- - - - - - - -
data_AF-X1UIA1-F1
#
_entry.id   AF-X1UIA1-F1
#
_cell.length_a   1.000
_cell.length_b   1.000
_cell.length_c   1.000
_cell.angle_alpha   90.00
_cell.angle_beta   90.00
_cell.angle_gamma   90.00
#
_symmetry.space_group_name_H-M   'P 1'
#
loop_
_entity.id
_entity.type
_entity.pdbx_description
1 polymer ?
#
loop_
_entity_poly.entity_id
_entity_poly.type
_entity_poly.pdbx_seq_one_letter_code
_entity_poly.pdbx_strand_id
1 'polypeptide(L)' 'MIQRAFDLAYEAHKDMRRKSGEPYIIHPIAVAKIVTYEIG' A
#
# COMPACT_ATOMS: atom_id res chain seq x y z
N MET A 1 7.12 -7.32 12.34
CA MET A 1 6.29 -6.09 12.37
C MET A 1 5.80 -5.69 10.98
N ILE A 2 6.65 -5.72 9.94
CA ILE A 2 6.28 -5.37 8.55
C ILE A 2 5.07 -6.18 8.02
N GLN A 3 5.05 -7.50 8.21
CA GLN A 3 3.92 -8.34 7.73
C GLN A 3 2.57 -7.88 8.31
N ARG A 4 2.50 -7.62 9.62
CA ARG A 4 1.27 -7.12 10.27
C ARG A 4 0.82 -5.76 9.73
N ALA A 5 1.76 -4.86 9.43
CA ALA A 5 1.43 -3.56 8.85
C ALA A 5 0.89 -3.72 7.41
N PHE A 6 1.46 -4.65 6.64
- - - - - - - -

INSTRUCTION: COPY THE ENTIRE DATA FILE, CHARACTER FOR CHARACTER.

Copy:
data_AF-X1UIA1-F1
#
_entry.id   AF-X1UIA1-F1
#
_cell.length_a   1.000
_cell.length_b   1.000
_cell.length_c   1.000
_cell.angle_alpha   90.00
_cell.angle_beta   90.00
_cell.angle_gamma   90.00
#
_symmetry.space_group_name_H-M   'P 1'
#
loop_
_entity.id
_entity.type
_entity.pdbx_description
1 polymer ?
#
loop_
_entity_poly.entity_id
_entity_poly.type
_entity_poly.pdbx_seq_one_letter_code
_entity_poly.pdbx_strand_id
1 'polypeptide(L)' 'MIQRAFDLAYEAHKDMRRKSGEPYIIHPIAVAKIVTYEIG' A
#
# COMPACT_ATOMS: atom_id res chain seq x y z
N MET A 1 7.12 -7.32 12.34
CA MET A 1 6.29 -6.09 12.37
C MET A 1 5.80 -5.69 10.98
N ILE A 2 6.65 -5.72 9.94
CA ILE A 2 6.28 -5.37 8.55
C ILE A 2 5.07 -6.18 8.02
N GLN A 3 5.05 -7.50 8.21
CA GLN A 3 3.92 -8.34 7.73
C GLN A 3 2.57 -7.88 8.31
N ARG A 4 2.50 -7.62 9.62
CA ARG A 4 1.27 -7.12 10.27
C ARG A 4 0.82 -5.76 9.73
N ALA A 5 1.76 -4.86 9.43
CA ALA A 5 1.43 -3.56 8.85
C ALA A 5 0.89 -3.72 7.41
N PHE A 6 1.46 -4.65 6.64